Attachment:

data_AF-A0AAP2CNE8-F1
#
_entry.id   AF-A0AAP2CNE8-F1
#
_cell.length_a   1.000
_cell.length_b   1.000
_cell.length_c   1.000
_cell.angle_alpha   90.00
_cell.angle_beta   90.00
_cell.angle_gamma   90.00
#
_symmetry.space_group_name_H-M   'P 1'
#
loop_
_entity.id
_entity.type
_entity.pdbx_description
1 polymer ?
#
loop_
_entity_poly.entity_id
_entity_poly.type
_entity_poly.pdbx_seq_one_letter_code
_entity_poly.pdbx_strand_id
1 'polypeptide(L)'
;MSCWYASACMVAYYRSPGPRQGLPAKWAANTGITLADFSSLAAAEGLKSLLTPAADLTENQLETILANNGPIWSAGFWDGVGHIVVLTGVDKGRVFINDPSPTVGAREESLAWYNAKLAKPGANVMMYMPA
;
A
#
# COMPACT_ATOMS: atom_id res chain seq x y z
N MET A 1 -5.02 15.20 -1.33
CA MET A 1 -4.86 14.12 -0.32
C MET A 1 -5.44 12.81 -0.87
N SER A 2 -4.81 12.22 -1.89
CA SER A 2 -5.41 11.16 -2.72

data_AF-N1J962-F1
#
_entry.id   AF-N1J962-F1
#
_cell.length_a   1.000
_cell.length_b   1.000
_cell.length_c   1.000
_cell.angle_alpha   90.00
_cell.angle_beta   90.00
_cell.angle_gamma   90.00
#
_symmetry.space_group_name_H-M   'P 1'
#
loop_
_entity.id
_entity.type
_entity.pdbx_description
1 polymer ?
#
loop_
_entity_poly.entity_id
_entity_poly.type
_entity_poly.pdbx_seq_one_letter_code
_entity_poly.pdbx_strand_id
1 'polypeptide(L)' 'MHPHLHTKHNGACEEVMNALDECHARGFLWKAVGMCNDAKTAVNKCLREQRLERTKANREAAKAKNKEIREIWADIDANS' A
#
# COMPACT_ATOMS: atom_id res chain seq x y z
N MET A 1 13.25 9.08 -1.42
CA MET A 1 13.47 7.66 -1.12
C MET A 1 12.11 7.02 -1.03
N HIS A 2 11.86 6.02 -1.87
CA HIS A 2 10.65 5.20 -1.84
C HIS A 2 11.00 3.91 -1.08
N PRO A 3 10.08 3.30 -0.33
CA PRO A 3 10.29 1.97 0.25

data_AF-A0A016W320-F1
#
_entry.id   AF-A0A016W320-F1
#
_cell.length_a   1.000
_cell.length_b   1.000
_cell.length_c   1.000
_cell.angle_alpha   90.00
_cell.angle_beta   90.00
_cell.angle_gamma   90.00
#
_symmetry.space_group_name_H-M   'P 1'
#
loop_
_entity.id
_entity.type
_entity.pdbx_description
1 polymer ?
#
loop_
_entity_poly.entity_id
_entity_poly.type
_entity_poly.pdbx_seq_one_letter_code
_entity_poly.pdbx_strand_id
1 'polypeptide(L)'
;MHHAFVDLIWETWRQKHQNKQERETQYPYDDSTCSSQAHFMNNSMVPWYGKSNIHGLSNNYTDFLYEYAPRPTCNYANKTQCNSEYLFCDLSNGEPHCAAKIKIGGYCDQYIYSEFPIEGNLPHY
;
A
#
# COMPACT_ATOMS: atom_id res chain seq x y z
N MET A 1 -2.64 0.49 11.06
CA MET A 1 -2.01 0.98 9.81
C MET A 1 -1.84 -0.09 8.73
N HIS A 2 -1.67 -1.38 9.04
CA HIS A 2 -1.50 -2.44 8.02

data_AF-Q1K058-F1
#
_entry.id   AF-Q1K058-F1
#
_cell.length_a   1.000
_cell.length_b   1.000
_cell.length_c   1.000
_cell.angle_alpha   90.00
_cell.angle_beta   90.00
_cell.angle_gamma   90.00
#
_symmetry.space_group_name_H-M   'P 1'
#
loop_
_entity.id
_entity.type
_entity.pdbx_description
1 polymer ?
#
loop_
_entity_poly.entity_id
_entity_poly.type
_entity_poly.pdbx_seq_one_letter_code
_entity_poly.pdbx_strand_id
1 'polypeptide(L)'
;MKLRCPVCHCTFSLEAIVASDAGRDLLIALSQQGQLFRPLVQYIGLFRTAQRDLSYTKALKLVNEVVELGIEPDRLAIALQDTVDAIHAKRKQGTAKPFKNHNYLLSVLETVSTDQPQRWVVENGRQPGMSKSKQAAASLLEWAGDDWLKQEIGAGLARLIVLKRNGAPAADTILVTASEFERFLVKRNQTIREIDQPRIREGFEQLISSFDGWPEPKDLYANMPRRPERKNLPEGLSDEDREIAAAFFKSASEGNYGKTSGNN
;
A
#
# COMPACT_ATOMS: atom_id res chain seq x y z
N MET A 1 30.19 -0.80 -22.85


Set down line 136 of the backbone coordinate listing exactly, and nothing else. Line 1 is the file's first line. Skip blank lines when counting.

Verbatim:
N MET A 1 30.19 -0.80 -22.85